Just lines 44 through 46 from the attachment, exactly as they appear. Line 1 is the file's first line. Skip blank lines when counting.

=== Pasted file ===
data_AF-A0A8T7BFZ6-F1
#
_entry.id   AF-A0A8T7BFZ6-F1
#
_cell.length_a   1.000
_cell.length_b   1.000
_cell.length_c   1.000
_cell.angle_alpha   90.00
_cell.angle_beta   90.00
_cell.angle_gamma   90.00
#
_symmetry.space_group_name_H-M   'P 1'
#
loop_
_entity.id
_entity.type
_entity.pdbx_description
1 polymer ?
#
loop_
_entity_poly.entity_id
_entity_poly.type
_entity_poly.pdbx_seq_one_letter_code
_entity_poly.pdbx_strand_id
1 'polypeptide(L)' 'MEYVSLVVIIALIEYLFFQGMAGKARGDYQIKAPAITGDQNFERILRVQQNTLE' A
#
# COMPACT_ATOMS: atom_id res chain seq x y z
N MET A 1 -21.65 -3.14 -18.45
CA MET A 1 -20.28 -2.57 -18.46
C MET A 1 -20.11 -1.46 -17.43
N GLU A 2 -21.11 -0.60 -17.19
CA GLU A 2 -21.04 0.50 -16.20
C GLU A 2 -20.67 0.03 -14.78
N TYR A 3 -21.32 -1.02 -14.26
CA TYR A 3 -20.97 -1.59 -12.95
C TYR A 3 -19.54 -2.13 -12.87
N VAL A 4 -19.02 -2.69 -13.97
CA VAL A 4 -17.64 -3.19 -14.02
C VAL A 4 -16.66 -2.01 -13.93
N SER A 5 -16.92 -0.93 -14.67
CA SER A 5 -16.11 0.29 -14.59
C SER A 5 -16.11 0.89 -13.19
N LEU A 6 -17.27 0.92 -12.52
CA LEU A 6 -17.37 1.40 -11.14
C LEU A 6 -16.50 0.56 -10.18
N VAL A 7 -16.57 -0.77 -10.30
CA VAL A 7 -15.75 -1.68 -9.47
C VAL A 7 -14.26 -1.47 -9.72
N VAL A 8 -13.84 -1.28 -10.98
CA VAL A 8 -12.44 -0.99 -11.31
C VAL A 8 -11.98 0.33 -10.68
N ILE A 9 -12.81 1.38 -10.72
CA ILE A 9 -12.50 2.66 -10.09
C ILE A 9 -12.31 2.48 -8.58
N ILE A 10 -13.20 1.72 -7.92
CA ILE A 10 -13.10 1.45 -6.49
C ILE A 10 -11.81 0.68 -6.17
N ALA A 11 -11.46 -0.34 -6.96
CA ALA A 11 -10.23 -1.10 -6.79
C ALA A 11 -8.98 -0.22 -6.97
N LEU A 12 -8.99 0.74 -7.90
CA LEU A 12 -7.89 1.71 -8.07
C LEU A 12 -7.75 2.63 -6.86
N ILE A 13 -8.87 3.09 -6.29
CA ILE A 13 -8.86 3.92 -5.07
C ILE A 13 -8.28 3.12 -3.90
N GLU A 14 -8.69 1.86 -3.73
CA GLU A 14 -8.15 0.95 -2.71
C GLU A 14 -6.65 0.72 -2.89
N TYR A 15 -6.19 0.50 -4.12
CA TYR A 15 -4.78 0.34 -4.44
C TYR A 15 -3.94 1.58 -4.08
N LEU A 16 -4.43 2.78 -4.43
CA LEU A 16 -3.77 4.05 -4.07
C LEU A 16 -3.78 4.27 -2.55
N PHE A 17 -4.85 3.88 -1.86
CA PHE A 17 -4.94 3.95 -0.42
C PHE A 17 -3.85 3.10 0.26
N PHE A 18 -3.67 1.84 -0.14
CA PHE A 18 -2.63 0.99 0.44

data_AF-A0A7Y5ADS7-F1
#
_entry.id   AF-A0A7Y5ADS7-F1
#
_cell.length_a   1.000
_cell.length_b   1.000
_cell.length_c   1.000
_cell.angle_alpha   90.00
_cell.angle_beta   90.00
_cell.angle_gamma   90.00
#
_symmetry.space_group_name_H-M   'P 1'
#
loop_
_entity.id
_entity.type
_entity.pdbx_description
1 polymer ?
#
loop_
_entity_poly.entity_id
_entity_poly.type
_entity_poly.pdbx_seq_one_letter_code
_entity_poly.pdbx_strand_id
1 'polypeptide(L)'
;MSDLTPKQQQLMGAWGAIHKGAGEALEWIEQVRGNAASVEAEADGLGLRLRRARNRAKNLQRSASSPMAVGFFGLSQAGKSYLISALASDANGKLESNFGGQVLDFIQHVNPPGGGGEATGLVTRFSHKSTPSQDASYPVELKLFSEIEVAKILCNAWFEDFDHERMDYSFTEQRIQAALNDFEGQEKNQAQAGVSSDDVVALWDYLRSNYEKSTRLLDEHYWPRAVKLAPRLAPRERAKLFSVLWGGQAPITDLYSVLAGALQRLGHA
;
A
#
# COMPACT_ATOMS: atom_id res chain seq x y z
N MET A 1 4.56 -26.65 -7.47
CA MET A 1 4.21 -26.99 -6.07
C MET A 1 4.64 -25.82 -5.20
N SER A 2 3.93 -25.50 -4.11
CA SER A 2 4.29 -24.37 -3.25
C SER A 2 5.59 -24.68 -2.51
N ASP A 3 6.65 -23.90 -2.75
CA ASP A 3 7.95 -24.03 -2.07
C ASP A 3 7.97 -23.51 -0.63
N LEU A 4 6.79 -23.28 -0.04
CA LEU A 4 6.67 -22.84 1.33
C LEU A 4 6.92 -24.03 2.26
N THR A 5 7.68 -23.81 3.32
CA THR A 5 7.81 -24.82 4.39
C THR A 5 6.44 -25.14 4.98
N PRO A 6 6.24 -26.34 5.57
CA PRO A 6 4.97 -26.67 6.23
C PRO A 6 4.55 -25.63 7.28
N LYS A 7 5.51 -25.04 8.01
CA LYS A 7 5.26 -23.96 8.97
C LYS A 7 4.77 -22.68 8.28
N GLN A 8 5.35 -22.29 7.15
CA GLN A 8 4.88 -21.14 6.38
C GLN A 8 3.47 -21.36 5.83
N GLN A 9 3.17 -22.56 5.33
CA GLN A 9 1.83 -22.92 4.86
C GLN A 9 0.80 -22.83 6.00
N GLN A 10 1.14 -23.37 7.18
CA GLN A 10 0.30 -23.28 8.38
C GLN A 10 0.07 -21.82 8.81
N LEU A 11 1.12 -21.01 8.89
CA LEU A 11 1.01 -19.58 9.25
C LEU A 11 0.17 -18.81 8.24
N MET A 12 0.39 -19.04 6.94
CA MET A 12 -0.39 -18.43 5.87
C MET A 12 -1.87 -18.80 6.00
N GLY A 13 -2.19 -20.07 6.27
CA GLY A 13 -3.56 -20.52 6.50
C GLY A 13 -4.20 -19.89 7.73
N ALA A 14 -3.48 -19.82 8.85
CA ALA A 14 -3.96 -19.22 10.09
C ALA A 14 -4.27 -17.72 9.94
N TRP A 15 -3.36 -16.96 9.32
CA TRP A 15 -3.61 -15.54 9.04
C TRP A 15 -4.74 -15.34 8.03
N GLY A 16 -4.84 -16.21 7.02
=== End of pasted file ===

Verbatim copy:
CA LEU A 6 -17.37 1.40 -11.14
C LEU A 6 -16.50 0.56 -10.18
N VAL A 7 -16.57 -0.77 -10.30